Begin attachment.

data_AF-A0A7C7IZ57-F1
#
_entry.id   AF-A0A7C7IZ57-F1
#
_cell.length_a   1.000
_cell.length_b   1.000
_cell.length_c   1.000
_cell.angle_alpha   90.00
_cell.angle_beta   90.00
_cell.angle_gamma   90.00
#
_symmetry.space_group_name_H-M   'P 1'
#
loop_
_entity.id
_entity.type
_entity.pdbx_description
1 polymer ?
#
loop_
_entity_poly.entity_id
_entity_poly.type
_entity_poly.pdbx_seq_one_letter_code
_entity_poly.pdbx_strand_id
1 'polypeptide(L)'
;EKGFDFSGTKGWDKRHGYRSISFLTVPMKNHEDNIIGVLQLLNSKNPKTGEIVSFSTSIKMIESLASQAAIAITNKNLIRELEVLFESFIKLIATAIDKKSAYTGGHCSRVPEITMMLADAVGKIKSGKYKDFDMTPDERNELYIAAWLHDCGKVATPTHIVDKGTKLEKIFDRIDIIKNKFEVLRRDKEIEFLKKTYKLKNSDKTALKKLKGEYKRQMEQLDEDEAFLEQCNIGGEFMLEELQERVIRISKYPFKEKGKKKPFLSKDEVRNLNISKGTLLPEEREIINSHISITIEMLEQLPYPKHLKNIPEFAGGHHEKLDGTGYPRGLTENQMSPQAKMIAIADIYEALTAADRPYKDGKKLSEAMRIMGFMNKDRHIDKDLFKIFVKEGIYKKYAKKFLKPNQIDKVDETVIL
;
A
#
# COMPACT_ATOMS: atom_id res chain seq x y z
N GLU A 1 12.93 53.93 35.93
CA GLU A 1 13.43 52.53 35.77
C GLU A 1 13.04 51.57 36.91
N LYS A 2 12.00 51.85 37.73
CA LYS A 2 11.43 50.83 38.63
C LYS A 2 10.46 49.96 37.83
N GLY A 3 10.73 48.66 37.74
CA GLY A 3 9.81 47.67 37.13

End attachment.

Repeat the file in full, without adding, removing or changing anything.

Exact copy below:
data_AF-A0A7C7IZ57-F1
#
_entry.id   AF-A0A7C7IZ57-F1
#
_cell.length_a   1.000
_cell.length_b   1.000
_cell.length_c   1.000
_cell.angle_alpha   90.00
_cell.angle_beta   90.00
_cell.angle_gamma   90.00
#
_symmetry.space_group_name_H-M   'P 1'
#
loop_
_entity.id
_entity.type
_entity.pdbx_description
1 polymer ?
#
loop_
_entity_poly.entity_id
_entity_poly.type
_entity_poly.pdbx_seq_one_letter_code
_entity_poly.pdbx_strand_id
1 'polypeptide(L)'
;EKGFDFSGTKGWDKRHGYRSISFLTVPMKNHEDNIIGVLQLLNSKNPKTGEIVSFSTSIKMIESLASQAAIAITNKNLIRELEVLFESFIKLIATAIDKKSAYTGGHCSRVPEITMMLADAVGKIKSGKYKDFDMTPDERNELYIAAWLHDCGKVATPTHIVDKGTKLEKIFDRIDIIKNKFEVLRRDKEIEFLKKTYKLKNSDKTALKKLKGEYKRQMEQLDEDEAFLEQCNIGGEFMLEELQERVIRISKYPFKEKGKKKPFLSKDEVRNLNISKGTLLPEEREIINSHISITIEMLEQLPYPKHLKNIPEFAGGHHEKLDGTGYPRGLTENQMSPQAKMIAIADIYEALTAADRPYKDGKKLSEAMRIMGFMNKDRHIDKDLFKIFVKEGIYKKYAKKFLKPNQIDKVDETVIL
;
A
#
# COMPACT_ATOMS: atom_id res chain seq x y z
N GLU A 1 12.93 53.93 35.93
CA GLU A 1 13.43 52.53 35.77
C GLU A 1 13.04 51.57 36.91
N LYS A 2 12.00 51.85 37.73
CA LYS A 2 11.43 50.83 38.63
C LYS A 2 10.46 49.96 37.83
N GLY A 3 10.73 48.66 37.74
CA GLY A 3 9.81 47.67 37.13